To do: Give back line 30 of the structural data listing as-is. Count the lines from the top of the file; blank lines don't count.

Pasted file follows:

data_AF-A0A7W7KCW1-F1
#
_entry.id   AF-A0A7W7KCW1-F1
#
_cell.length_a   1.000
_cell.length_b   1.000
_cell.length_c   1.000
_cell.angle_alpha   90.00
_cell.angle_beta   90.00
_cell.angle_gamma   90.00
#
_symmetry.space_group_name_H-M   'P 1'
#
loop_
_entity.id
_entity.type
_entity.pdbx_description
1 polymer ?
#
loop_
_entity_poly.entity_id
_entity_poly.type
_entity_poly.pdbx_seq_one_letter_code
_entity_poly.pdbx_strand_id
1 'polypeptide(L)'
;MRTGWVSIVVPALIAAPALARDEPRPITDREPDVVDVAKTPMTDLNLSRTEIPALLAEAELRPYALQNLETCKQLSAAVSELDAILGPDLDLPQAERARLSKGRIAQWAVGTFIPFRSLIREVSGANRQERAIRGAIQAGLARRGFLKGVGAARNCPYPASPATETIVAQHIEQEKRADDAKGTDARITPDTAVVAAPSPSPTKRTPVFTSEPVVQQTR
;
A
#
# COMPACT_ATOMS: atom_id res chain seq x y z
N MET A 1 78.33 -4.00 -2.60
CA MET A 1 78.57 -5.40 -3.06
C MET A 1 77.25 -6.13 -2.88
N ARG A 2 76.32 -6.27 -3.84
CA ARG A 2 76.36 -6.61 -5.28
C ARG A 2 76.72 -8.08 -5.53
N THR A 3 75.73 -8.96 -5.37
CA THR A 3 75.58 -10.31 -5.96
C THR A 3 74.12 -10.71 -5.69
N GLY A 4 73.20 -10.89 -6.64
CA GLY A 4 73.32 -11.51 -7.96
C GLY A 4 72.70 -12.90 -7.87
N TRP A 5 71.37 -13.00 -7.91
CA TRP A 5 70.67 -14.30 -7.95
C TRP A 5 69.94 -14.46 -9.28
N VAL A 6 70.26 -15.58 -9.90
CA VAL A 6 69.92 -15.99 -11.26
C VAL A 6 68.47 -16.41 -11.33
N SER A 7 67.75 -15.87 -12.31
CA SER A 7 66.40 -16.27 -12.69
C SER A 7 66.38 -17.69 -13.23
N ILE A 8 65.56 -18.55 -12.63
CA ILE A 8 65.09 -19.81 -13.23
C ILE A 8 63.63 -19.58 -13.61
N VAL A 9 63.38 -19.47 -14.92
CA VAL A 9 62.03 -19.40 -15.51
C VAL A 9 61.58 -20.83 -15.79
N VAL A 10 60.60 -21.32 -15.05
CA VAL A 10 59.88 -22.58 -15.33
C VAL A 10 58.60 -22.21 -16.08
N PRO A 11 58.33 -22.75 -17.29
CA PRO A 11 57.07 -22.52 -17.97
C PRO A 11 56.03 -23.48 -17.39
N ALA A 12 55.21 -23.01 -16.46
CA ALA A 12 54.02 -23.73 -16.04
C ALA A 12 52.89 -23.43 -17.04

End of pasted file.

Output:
# COMPACT_ATOMS: atom_id res chain seq x y z